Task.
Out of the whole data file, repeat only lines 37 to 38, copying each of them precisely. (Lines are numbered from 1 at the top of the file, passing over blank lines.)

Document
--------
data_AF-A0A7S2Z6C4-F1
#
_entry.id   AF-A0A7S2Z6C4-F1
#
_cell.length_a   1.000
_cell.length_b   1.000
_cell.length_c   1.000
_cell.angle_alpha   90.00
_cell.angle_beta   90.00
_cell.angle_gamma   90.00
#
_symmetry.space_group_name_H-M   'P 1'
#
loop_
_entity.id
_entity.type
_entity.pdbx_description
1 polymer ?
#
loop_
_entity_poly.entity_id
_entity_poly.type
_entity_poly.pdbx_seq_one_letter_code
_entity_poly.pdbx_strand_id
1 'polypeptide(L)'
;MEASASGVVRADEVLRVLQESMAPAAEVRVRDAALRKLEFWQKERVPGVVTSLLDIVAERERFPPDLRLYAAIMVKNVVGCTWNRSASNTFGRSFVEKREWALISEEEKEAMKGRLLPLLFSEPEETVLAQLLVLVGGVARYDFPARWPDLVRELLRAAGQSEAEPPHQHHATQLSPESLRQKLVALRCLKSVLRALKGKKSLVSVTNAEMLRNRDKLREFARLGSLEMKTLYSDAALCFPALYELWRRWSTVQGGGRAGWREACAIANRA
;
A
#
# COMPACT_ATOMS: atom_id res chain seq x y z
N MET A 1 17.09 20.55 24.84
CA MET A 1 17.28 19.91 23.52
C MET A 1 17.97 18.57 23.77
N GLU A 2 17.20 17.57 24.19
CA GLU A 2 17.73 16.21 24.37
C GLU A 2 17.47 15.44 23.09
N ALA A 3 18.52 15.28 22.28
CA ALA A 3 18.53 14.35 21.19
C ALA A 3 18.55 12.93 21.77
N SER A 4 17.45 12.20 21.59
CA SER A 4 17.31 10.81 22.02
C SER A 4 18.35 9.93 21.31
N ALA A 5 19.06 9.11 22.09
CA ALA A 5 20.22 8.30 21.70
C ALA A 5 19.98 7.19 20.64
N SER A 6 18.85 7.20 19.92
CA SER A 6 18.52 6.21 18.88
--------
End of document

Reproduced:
N ALA A 3 18.52 15.28 22.28
CA ALA A 3 18.53 14.35 21.19